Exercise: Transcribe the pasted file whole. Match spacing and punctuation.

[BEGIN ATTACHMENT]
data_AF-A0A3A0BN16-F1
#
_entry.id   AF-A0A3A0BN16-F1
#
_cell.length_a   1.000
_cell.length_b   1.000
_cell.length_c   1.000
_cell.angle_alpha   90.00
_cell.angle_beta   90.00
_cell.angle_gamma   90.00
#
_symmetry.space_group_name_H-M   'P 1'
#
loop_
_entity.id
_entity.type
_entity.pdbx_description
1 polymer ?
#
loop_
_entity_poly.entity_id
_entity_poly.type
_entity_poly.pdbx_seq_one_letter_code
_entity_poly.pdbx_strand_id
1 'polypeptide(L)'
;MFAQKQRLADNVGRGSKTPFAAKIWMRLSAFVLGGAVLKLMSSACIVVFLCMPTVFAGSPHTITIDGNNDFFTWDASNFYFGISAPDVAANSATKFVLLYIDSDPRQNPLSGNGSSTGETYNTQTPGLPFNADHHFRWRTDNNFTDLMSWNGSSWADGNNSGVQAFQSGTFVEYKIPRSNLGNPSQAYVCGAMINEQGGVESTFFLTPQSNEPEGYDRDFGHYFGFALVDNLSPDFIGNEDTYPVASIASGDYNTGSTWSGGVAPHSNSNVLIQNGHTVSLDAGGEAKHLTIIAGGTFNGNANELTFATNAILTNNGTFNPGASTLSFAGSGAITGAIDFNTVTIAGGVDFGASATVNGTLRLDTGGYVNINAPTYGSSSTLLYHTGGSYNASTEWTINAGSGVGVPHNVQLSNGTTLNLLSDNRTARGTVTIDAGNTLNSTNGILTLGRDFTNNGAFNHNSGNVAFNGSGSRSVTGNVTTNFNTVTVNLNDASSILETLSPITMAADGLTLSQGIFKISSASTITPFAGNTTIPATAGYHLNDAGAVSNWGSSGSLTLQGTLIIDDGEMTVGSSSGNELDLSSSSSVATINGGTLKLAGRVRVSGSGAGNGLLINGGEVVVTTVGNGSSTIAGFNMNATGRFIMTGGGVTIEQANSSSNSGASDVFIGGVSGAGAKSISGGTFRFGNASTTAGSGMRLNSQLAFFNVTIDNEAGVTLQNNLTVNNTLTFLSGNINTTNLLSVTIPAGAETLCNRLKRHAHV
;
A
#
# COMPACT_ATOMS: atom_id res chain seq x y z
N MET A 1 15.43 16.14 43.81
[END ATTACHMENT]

data_AF-A0A3A0BN16-F1
#
_entry.id   AF-A0A3A0BN16-F1
#
_cell.length_a   1.000
_cell.length_b   1.000
_cell.length_c   1.000
_cell.angle_alpha   90.00
_cell.angle_beta   90.00
_cell.angle_gamma   90.00
#
_symmetry.space_group_name_H-M   'P 1'
#
loop_
_entity.id
_entity.type
_entity.pdbx_description
1 polymer ?
#
loop_
_entity_poly.entity_id
_entity_poly.type
_entity_poly.pdbx_seq_one_letter_code
_entity_poly.pdbx_strand_id
1 'polypeptide(L)'
;MFAQKQRLADNVGRGSKTPFAAKIWMRLSAFVLGGAVLKLMSSACIVVFLCMPTVFAGSPHTITIDGNNDFFTWDASNFYFGISAPDVAANSATKFVLLYIDSDPRQNPLSGNGSSTGETYNTQTPGLPFNADHHFRWRTDNNFTDLMSWNGSSWADGNNSGVQAFQSGTFVEYKIPRSNLGNPSQAYVCGAMINEQGGVESTFFLTPQSNEPEGYDRDFGHYFGFALVDNLSPDFIGNEDTYPVASIASGDYNTGSTWSGGVAPHSNSNVLIQNGHTVSLDAGGEAKHLTIIAGGTFNGNANELTFATNAILTNNGTFNPGASTLSFAGSGAITGAIDFNTVTIAGGVDFGASATVNGTLRLDTGGYVNINAPTYGSSSTLLYHTGGSYNASTEWTINAGSGVGVPHNVQLSNGTTLNLLSDNRTARGTVTIDAGNTLNSTNGILTLGRDFTNNGAFNHNSGNVAFNGSGSRSVTGNVTTNFNTVTVNLNDASSILETLSPITMAADGLTLSQGIFKISSASTITPFAGNTTIPATAGYHLNDAGAVSNWGSSGSLTLQGTLIIDDGEMTVGSSSGNELDLSSSSSVATINGGTLKLAGRVRVSGSGAGNGLLINGGEVVVTTVGNGSSTIAGFNMNATGRFIMTGGGVTIEQANSSSNSGASDVFIGGVSGAGAKSISGGTFRFGNASTTAGSGMRLNSQLAFFNVTIDNEAGVTLQNNLTVNNTLTFLSGNINTTNLLSVTIPAGAETLCNRLKRHAHV
;
A
#
# COMPACT_ATOMS: atom_id res chain seq x y z
N MET A 1 15.43 16.14 43.81